Reading AI Family Resemblances using Cross-Stitch Patterns

Anuradha Reddy
6 min readDec 18, 2022

It all began when I prompted OpenAI’s DALL-E to visualise what one unit of cross-stitch looks like. Several prompt tweaks and variations later— I generated 12 separate cross-stitch units. These images resembled one another, like a family portrait, individually distinct but sharing visual traits with one another. I started referring to these image variations as ‘Family Resemblances’, inspired by the concept from the late philosopher Ludwig Wittgenstein.

What does the term Family Resemblance do for us? Does it allow us to interact differently with state-of-the-art text-to-image generation AI systems? What lessons does it offer to design and craft communities? In this article, I describe how I experimentally explore these questions.

(left ) 12 unit variations of cross-stitch generated using a DALL-E prompt: “Cross-stitch one pixel on paper”. (right) I redrew these images on a grid paper and referred to them as ‘Family Resemblances’ with overlapping visual features.

According to Ludwig Wittgenstein, Family Resemblances entail the cultural concepts we ascribe to things that are thought to be grouped into a category that does not always have one defining feature but a series of overlapping features. He discusses the example of ‘games’ wherein what constitutes a game, i.e., whether it has rules, whether it is for fun or play, and if it entails winning and losing, is decided based on overlapping features and their social contexts. Similarly, wide varieties of cross-stitch exist when discussing cross-stitch as an embroidery category (full cross, double cross, mini cross). Cross-stitch varies culturally, carrying different names and styles, and it is often incorporated into other embroidery forms such as needlepoint and blackwork. Nowadays, cross-stitch is also defined by computational features, such as ‘pixel’ art. By acknowledging features and their relations, it is possible to come to some common understanding of what is and is not cross-stitch. Arguably, on some level, this is similar to what DALL-E is doing when tasked to generate images (and variations of them) based on language prompts via a shared concept/category. The AI model is piecing together metadata and images from its database into visual resemblances of what we want to see. However, what DALL-E is not good at is reverse engineering, showing us how it constructed those resemblances, traced back to categorical inferences of cross-stitch and the (missing) socio-cultural and historical references.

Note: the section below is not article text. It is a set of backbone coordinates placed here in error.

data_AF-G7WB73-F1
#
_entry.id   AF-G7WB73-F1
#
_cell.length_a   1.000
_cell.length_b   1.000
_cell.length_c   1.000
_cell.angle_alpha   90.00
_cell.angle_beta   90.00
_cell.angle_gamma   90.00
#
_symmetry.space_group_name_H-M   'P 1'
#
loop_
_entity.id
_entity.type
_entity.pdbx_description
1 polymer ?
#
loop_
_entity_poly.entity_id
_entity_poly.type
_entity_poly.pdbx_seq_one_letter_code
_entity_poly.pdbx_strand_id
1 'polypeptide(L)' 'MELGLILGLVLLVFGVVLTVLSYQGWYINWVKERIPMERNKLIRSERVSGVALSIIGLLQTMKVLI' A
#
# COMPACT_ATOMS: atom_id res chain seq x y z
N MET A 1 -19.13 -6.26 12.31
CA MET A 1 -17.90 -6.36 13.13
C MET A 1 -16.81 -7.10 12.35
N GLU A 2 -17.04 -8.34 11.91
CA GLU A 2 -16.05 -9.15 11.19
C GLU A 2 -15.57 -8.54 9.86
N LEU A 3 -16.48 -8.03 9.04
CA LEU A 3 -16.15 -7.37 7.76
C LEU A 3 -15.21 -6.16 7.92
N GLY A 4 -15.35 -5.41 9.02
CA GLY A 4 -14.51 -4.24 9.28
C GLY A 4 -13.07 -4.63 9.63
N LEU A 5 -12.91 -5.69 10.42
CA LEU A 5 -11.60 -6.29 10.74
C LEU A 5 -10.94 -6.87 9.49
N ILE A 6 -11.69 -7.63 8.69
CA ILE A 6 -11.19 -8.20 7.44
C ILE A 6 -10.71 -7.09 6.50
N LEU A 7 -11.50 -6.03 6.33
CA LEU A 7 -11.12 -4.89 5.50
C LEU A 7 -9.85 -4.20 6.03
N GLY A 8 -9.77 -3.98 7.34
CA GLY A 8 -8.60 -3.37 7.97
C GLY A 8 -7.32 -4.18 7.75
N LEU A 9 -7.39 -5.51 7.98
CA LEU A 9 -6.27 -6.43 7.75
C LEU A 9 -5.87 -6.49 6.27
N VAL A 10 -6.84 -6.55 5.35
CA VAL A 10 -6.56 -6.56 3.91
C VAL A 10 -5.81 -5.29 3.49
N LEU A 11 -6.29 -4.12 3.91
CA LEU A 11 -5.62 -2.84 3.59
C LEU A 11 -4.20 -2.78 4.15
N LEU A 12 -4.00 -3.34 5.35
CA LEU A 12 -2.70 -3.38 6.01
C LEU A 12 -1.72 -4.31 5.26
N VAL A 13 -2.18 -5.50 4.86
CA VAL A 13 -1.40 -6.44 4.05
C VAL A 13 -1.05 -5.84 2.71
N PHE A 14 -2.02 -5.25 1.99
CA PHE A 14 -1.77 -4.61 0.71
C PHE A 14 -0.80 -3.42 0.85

Can DALL-E facilitate a meaningful understanding of cross-stitch? Whose references does it build on, and where do they come from? Who are the people behind the cross-stitch images that fed its algorithm? Do they consent to how DALL-E’s Deep Learning model treats their cross-stitch designs? With the way DALL-E’s model works, we may never be able to answer these questions, at least not entirely. If not fully, could it be possible to partially read AI’s images like we read language prompts — similar to how we distinguish texts from one another? If we consider cross-stitch a ‘language’ with its approximate rules and grammar, could one imagine alternative ways of ‘reading’ AI’s cross-stitch variations?

I searched online for keyword combinations like ‘cross-stitch’ + ‘codes’ and landed on Ukrainian embroidery. This Slavic embroidery style encodes cross-stitch with meanings and has done so for many generations. Their cross-stitch variations are symbolic (and religious) and extend to ritualistic forms of record keeping of family names, numbers, days of the week, phases of the moon, months, seasons and astrological signs. Pysanka (or Pysanky) is the name given to the art form of encoding these symbols on Easter eggs (instead of fabric) using wax resist and natural dyes. Pysanky translates the visual structure of the Cyrillic alphabet into stylised cross-stitch-like units that are non-linear, patterned from centre-outwards, and, most importantly, readable!

Four images illustrate how alphabets, numbers, weeks, and seasons are depicted in Ukrainian encrypted embroidery. Images sourced from